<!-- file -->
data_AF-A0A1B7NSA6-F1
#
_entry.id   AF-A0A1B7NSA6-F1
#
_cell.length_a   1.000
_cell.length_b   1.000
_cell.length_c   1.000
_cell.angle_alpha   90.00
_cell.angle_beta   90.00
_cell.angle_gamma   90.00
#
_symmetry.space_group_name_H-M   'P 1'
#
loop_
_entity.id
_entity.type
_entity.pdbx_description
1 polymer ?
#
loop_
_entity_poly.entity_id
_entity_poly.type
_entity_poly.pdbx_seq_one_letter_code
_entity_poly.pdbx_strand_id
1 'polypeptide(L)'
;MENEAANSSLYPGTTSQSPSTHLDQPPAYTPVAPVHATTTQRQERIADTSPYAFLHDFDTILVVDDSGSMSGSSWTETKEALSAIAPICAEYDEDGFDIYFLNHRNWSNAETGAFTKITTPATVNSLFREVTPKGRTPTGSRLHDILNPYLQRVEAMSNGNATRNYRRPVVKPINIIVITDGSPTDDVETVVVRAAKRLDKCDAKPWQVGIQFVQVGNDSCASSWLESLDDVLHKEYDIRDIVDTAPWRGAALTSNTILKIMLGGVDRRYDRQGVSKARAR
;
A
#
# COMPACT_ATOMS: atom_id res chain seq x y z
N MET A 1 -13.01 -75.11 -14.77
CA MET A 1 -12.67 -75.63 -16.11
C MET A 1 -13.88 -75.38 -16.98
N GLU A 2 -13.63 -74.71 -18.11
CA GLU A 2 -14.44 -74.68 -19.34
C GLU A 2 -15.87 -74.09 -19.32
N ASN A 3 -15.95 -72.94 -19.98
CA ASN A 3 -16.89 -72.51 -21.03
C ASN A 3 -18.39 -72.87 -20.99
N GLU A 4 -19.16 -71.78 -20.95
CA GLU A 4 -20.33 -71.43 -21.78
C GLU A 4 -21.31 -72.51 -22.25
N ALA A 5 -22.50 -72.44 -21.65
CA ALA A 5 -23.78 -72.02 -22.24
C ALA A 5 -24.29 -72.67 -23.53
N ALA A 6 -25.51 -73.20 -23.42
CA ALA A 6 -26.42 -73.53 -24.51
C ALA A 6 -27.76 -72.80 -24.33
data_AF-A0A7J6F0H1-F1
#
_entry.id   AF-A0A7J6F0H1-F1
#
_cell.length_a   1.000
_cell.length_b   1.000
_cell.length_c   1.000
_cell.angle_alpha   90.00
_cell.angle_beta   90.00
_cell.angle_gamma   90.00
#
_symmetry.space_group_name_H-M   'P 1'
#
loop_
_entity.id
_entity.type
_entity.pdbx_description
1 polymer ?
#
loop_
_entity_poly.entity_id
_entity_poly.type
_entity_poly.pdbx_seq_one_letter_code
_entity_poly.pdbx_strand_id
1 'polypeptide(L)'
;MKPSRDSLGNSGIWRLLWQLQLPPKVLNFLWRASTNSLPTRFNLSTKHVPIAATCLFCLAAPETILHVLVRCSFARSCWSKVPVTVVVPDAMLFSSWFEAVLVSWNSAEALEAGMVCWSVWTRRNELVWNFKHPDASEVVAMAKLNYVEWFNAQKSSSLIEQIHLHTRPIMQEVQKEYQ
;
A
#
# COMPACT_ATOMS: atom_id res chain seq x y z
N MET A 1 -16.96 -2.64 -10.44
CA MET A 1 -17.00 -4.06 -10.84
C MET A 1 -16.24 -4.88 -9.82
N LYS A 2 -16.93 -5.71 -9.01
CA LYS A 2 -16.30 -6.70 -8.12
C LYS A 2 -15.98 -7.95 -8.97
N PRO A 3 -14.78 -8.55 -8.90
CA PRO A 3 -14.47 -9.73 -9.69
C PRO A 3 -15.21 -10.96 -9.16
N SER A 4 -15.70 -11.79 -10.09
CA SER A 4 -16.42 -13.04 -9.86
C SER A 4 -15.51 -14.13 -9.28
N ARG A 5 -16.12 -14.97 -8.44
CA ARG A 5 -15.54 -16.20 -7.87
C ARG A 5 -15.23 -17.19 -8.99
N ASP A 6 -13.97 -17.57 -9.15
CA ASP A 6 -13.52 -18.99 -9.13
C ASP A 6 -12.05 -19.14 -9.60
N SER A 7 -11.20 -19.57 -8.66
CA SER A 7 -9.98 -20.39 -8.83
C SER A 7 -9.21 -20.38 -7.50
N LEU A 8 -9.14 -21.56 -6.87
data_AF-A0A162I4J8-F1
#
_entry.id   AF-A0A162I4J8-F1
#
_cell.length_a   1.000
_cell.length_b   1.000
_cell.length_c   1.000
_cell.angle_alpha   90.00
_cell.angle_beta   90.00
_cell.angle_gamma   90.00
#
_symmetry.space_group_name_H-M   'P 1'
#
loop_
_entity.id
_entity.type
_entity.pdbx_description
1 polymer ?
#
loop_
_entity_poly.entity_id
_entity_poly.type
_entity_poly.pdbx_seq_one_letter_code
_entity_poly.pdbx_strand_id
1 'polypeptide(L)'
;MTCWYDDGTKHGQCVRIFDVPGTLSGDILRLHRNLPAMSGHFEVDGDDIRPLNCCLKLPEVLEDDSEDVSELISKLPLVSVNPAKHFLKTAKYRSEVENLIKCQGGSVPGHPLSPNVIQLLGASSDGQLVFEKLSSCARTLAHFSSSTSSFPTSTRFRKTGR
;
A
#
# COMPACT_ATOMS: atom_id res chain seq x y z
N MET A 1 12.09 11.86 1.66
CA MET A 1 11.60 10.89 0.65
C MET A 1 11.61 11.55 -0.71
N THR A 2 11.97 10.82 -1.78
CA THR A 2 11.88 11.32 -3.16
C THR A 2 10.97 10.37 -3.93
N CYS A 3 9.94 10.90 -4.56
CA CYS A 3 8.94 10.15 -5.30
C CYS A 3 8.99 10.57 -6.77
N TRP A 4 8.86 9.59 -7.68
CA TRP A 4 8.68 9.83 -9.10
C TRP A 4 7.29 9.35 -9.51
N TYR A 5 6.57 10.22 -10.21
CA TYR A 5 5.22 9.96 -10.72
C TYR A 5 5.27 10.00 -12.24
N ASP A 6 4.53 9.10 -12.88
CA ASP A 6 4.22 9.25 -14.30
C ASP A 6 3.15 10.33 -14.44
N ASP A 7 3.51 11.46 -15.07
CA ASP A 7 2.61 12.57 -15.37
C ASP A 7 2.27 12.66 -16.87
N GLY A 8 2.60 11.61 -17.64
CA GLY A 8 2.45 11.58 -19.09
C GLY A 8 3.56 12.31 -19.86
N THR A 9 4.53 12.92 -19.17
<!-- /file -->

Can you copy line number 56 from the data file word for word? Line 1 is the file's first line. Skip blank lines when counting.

_cell.angle_alpha   90.00